Tuesday, November 30, 2021     Volume: 22, Issue: 39
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Santa Maria Sun / Film

This weeks review
A QUIET PLACE PART II
ANOTHER ROUND
BINGEABLE: 100 FOOT WAVE (2021-)
BINGEABLE: BARRY (2018-)
BINGEABLE: FLEABAG (2016-2019)
BINGEABLE: MAID (2021)
BINGEABLE: MIDNIGHT MASS (2021)
BINGEABLE: ONLY MURDERS IN THE BUILDING (2021)
BINGEABLE: SQUID GAME (2021)
BINGEABLE: SWEET TOOTH
BINGEABLE: TELL ME YOUR SECRETS (2021)
BINGEABLE: THE WAY DOWN (2021)
BINGEABLE: Y: THE LAST MAN (2021)
BLAST FROM THE PAST: THE MATRIX (1999)
BLAST FROM THE PAST: THE PRESTIGE (2006)
BLAST FROM THE PAST: WILD AT HEART (1990)
BOSS LEVEL
DUNE
ETERNALS
GHOSTBUSTERS: AFTERLIFE
GUILTY PLEASURES: CHEER (2020)
GUILTY PLEASURES: GUNPOWDER MILKSHAKE
GUILTY PLEASURES: JOLT
GUILTY PLEASURES: TRAIN TO BUSAN (2016)
HAVE A GOOD TRIP: ADVENTURES IN PSYCHEDELICS
HEARST CASTLE: BUILDING THE DREAM (1996)
I CARE A LOT
I’M THINKING OF ENDING THINGS
LIMBO
NEW FLICKS: ARMY OF THIEVES
NEW FLICKS: CRUELLA
NEW FLICKS: FINCH
NEW FLICKS: HIGH GROUND
NEW FLICKS: LAND
NEW FLICKS: RED NOTICE
NEW FLICKS: RIDERS OF JUSTICE
NINE DAYS
NINE PERFECT STRANGERS (2021)
NO TIME TO DIE
PIG
SOUL
THE BIGGEST LITTLE FARM (2019)
THE CARD COUNTER
THE FRENCH DISPATCH
THE LAST BLOCKBUSTER (2020)
THE LAST DUEL
THE MAP OF TINY PERFECT THINGS
THE NEW MUTANTS
THE PAPER TIGERS
THE PROFESSOR AND THE MADMAN
THE SUNLIT NIGHT
TV REVIEW: A WILDERNESS OF ERROR (2020)
TV REVIEW: BATES MOTEL
TV REVIEW: DEFENDING JACOB
TV REVIEW: EXTERMINATE ALL THE BRUTES (2021)
TV REVIEW: HOMECOMING
TV REVIEW: HOW TO WITH JOHN WILSON
TV REVIEW: I KNOW THIS MUCH IS TRUE
TV REVIEW: I MAY DESTROY YOU
TV REVIEW: LENOX HILL
TV REVIEW: LITTLE AMERICA
TV REVIEW: MARE OF EASTTOWN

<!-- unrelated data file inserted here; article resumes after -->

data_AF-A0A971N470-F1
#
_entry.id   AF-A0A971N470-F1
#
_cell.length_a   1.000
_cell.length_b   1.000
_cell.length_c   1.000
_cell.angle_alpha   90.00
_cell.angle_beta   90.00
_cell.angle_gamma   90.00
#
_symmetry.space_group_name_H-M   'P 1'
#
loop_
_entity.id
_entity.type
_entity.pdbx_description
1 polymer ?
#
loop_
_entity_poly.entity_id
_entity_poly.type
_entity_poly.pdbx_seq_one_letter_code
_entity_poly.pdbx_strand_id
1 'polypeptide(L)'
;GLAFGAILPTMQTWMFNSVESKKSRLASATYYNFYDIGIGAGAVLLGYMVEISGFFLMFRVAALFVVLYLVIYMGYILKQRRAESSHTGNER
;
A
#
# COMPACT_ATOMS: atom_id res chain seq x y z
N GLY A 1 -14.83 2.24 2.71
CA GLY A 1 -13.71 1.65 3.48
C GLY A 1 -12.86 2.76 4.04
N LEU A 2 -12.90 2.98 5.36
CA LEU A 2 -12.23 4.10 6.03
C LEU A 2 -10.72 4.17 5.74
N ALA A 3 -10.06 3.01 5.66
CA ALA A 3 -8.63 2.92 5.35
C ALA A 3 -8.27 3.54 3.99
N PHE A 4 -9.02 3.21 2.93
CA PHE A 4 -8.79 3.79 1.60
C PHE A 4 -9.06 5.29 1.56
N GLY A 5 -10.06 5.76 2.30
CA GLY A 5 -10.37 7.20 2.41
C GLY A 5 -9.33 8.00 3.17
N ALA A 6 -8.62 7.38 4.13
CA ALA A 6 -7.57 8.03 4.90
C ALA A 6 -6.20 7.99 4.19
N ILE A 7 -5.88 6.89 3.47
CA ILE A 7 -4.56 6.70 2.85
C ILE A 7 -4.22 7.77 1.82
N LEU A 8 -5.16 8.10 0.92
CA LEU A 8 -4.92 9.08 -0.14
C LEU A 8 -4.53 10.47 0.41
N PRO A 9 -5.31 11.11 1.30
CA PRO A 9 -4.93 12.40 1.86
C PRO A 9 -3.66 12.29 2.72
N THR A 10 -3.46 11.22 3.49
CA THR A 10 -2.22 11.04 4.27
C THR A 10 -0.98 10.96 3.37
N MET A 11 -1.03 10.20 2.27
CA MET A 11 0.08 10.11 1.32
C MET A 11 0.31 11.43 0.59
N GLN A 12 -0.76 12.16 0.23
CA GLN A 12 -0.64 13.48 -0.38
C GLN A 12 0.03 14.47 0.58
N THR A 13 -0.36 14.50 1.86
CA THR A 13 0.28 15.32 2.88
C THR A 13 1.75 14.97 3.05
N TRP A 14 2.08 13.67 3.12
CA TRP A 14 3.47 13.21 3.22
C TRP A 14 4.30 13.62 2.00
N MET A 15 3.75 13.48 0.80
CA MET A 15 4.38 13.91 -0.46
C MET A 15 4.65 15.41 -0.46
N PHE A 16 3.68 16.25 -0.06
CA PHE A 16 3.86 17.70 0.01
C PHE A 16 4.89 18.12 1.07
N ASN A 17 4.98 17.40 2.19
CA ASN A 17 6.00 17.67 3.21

TV REVIEW: MRS. AMERICA
TV REVIEW: ONE MISSISSIPPI
TV REVIEW: PAINTING WITH JOHN (2021)
TV REVIEW: RAMY
TV REVIEW: RUN
TV REVIEW: SPACE FORCE
TV REVIEW: TABOO
TV REVIEW: TED LASSO (2020-)
TV REVIEW: THE BOYS
TV REVIEW: THE END OF THE F***ING WORLD
TV REVIEW: THE FLIGHT ATTENDANT
TV REVIEW: THE LAST KINGDOM
TV REVIEW: THE MIDNIGHT GOSPEL
TV REVIEW: THE MOST DANGEROUS ANIMAL OF ALL (2020)
TV REVIEW: THE PLOT AGAINST AMERICA
TV REVIEW: THE QUEEN’S GAMBIT
TV REVIEW: THE VOW
TV REVIEW: UNDONE
TV REVIEW: WANDAVISION
TV REVIEW: WARRIOR
TV REVIEW: WHAT WE DO IN THE SHADOWS
TV REVIEW: ZEROZEROZERO
UNDERRATED: BATMAN BEGINS (2005)
UNDERRATED: THE KINGDOM (2007)

‘Dune’ offers a compelling spin on Frank Herbert’s sci-fi classic

DUNE

PHOTO BY , COURTESY OF WARNER BROS. AND LEGENDARY ENTERTAINMENT

DUNE


Where is it playing?: Regal Edwards RPX Santa Maria, Hi-Way Drive-In Santa Maria, Movies Lompoc, Regal Edwards Arroyo Grande, HBO Max

What's it rated?: PG-13

What's it worth?: $Full price (Anna Starkey)

What's it worth?: $Full price (Glen Starkey)

User Rating: 0.00 (0 Votes)

Co-writer and director Denis Villeneuve (Prisoners, Enemy, Sicario, Arrival, Blade Runner 2049) takes viewers on the heroic journey of Paul Atreides (Timothée Chalamet), the son of a noble family entrusted with protecting the most vital element in the galaxy. Once he arrives on the desert planet Arrakis, he begins to understand his destiny and transformation into Paul Muad’Dib, prophesized messiah of the native Fremen people. Dune is based on Frank Herbert’s sprawling 1965 sci-fi novel of the same name, and this film is part one of two. (155-min.)